Linda sat down for a 40 minute interview with some of the walkers for to learn more about the walk, nuclear disarmament, and Na Mu Myo Ho Ren Ge Kyo.
We said goodbye to two of our walkers, Larry & Nurya who had to return home to other responsibilities.
Hopefully they will be back.
In the evening a professor from the Lamont-Doherty Observatory at Columbia University came to speak to the walk about the dangers of nuclear power from a seismological perspective.
John explained that earthquakes on the east coast are much smaller than earthquakes on the west coast, so small that many times they are not even felt by the average person.
Smaller earthquakes can cause problems to the reactor in a much less obvious way than a direct meltdown.
For instance, if an earthquake occurs in upstate New York near Indian Point (which is on two fault lines) the community may not notice. But the control panel which enables the operators at the plant to control heating or power may be affected. There is no way to be sure that smaller earthquakes have not already caused damage to this reactor in a way that the community does not yet know about.
Fellowship of Reconciliation: http://forusa.org/
CBS Video Interview with Maurice & Jamie Plym: http://www.cbsnews.com/video/watch/?id=50142557n
Lamont Doherty Observatory: http://www.ldeo.columbia.edu/
America’s Chernobyl: http://defendblackhills.org
For the two year anniversary of the meltdown at Fukushima Daiichi Prefecture the Walk for a New Spring & the No More Fukushimas walk gathered at Indian Point reactor for a vigil and ceremony praying for safety, sustainability, peace, and a nuclear free future.
A local man came out screaming that it was too early for this kind of activity, and threatened to call the police.
The group continued to drum and chant the prayer softly for about a half hour and each person came up to offer peace cranes.
After the ceremony the landlord of the house came out, an older Irish man who was incredibly friendly and understanding and apologized for his tenant.
Miki, a walker, offered peace cranes and he accepted graciously.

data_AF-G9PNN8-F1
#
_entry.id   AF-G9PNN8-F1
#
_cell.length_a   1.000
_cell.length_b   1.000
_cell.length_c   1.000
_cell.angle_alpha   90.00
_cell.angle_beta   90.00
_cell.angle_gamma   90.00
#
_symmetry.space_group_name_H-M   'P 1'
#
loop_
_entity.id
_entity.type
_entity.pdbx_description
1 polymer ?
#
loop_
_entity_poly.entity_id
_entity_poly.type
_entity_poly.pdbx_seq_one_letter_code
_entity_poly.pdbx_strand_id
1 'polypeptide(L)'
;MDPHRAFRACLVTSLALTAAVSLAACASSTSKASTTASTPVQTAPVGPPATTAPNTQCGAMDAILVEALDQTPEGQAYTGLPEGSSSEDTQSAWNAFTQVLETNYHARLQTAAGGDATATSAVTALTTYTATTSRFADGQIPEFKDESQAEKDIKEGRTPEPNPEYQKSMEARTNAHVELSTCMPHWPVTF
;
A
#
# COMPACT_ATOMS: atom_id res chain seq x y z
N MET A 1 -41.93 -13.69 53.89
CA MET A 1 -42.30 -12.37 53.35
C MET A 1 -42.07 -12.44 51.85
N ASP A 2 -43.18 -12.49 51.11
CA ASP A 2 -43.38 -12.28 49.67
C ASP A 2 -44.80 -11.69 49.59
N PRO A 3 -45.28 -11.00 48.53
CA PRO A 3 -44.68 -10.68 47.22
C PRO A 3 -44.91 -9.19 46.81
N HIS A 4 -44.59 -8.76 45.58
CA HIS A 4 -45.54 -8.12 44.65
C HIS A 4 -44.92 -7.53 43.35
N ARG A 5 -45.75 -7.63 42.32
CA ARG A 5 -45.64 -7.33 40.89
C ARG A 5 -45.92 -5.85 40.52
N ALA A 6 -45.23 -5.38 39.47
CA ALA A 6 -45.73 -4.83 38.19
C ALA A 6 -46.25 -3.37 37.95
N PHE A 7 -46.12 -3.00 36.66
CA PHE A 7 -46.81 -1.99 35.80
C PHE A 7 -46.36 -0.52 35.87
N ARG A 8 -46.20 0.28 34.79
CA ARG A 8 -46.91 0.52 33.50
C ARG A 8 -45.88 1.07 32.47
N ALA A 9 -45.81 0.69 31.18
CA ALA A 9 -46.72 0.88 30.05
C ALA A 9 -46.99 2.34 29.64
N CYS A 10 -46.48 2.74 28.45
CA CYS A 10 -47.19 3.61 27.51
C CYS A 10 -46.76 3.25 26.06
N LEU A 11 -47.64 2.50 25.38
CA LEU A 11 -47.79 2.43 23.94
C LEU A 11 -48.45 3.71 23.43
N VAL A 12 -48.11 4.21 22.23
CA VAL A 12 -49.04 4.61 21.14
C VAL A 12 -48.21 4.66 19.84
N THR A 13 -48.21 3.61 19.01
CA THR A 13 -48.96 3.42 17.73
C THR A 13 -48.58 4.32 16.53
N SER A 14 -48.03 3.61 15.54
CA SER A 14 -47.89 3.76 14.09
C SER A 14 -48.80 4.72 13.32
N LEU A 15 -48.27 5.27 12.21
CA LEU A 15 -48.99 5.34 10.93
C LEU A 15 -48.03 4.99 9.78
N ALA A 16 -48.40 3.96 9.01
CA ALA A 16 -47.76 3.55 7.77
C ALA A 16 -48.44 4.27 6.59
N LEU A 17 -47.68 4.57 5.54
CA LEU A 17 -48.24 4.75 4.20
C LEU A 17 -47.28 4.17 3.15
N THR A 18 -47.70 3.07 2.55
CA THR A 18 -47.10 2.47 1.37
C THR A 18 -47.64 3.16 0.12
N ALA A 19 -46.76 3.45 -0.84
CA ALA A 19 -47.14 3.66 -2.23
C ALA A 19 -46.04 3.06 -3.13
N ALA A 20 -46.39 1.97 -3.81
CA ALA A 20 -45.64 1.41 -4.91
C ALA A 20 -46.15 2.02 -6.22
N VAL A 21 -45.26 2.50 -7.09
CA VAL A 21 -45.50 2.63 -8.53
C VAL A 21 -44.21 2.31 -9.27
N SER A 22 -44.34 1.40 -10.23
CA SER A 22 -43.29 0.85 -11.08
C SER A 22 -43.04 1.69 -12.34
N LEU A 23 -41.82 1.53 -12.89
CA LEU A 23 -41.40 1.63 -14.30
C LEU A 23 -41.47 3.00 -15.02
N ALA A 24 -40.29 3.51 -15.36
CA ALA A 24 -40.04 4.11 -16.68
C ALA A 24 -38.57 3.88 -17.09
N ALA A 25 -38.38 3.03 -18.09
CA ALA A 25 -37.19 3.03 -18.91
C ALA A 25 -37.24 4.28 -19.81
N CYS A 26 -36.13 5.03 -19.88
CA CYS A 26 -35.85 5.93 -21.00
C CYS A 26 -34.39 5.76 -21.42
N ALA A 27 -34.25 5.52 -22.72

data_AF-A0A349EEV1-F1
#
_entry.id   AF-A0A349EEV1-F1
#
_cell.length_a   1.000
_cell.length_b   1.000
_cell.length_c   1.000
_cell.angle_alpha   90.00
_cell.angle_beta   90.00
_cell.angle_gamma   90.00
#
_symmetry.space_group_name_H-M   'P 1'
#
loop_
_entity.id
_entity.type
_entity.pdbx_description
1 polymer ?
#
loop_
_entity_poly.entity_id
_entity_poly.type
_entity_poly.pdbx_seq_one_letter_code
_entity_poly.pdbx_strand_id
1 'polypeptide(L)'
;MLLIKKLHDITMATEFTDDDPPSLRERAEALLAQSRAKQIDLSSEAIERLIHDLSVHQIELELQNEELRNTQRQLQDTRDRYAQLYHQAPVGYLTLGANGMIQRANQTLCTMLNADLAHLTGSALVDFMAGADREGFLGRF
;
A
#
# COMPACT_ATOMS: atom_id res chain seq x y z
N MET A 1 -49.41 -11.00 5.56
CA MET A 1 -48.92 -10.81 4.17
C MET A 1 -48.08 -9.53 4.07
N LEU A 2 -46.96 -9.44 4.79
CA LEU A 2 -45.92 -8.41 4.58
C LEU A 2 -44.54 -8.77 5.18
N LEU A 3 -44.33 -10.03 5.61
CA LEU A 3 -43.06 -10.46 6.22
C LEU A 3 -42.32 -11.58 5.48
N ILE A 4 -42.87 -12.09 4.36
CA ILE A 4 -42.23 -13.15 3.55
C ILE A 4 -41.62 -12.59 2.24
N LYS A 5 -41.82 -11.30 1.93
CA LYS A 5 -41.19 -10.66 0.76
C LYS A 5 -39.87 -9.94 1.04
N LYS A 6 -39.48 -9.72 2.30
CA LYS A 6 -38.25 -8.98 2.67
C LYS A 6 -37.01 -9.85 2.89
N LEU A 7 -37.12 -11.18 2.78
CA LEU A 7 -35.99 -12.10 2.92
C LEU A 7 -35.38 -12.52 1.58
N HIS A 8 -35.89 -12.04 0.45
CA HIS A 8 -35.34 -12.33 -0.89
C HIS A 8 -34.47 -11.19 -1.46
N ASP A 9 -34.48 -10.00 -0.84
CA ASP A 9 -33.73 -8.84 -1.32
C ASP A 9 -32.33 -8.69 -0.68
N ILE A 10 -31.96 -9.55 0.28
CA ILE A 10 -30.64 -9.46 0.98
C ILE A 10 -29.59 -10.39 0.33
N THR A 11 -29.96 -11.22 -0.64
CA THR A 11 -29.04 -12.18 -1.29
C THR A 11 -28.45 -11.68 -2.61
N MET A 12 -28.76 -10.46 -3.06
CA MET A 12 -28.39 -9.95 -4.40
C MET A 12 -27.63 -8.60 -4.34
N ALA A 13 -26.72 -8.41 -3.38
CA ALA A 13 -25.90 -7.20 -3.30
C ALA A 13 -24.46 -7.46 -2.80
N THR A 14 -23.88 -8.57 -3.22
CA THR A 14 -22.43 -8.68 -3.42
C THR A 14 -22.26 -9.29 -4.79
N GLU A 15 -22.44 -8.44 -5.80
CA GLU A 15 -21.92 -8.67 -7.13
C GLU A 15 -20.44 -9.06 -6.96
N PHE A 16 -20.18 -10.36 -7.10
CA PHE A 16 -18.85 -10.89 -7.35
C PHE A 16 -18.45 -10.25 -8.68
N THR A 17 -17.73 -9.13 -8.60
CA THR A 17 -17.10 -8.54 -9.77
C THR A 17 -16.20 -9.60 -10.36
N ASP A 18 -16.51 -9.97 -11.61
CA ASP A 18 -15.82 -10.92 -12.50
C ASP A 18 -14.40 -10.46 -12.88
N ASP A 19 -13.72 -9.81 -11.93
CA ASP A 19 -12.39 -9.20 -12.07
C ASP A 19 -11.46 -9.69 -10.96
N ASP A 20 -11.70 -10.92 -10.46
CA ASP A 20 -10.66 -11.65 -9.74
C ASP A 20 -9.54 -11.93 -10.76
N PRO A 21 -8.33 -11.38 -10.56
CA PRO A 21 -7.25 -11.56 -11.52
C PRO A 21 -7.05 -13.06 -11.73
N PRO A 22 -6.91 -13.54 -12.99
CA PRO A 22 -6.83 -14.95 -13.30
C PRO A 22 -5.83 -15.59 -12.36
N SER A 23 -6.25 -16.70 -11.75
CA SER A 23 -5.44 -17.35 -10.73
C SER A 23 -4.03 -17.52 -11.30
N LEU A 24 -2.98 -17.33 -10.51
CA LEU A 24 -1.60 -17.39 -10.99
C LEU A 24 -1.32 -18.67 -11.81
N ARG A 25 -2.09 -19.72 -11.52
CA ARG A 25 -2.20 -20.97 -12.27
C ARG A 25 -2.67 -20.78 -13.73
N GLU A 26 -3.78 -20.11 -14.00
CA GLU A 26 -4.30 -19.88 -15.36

The walkers headed back to Stony Point Center where they had a beautiful breakfast before driving forward to Manhattan to participate in another ceremony to remember Fukushima.
In the city the peace walk met up with the World Network For Saving Children From Radiation, a network dedicated to making sure no more children grow up with the threat of deformities, cancer, and death from radiation.
There was a walk from Times Square to Dag Hammarskjold Plaza and a ceremony and vigil in front of the United Nations. Three women from Fukushima shared their stories of displacement and illness following the meltdown. They currently live in New England.
Charmaine White Face a representative from the Great Sioux Territory and coordinator of Defenders of the Black Hills sent a solidarity message which was read aloud in English and Japanese.
Activists came out from all around New York and New Jersey including activists working to shut down Oyster Creek reactor in NJ, and Indian Point in NY.
More photos from the days events can be found on flickr: http://www.flickr.com/photos/drvonskillet/sets/72157632981462168/
This morning the walk set off from 1st Presbytarian Church in Ossning, NY. Thanks to Dan Fullerton and his partner Duna for welcoming us so warmly at the last minute.
We set off for Stony Point, stopping for a bathroom break at the local Fire Station.
Thanks so much to Mike the volunteer firefighter who let us in!
After lunch the walk continued on to Stony Point Center where the group took part in the Fukushima Fallout conference. Former Navy Sailors Maurice Enis and Jamie Lee Plym shared again their experiences with the navy, and their health ailments following their irradiation.
Roberto Muller of the Stony Point Convergence shared a presentation about Indian Point, and Martin Lucas premiered his film, Cold Shutdown, the story of Fukushima in the aftermath of the nuclear meltdown.
This morning the two walks converged at Croton on Hudson for a press conference and short gathering before marching on to Indian Point Nuclear Facility.
About 50 people turned up for the event which was organized by the Indian Point Safe Energy Coalition in conjunction with Grafton Peace Pagoda and the New England Peace Pagoda.
The mayor offered his support and made all participants honorary peace walkers and honorary citizens of Croton on Hudson.
Next up was a presentation by Maurice Enis and his fiance Jamie Plym, two former Navy sailors who were irradiated in their time serving off the coast of Japan. The two of them explained what it’s like now without any insurance since they honorably separated from the Navy, and their serious health ailments.
They will be coming to Stony Point Center tomorrow afternoon after the walk to share their story during the “Fukushima Fallout” conference [http://www.ipsecinfo.org/].
After the gathering at Croton on Hudston train station the group walked down about 6 miles to the Indian Point Nuclear Reactor where they had a vigil and offered peace cranes before gathering in a circle for a short ceremony.
The walk route has been changed tomorrow. Rather than beginning at Indian Point Nuclear Reactor, the walk will begin at First Presbyterian Church on 34 S. Highland Ave in Ossning, NY.
Sorry for any inconvenience, this route is much safer.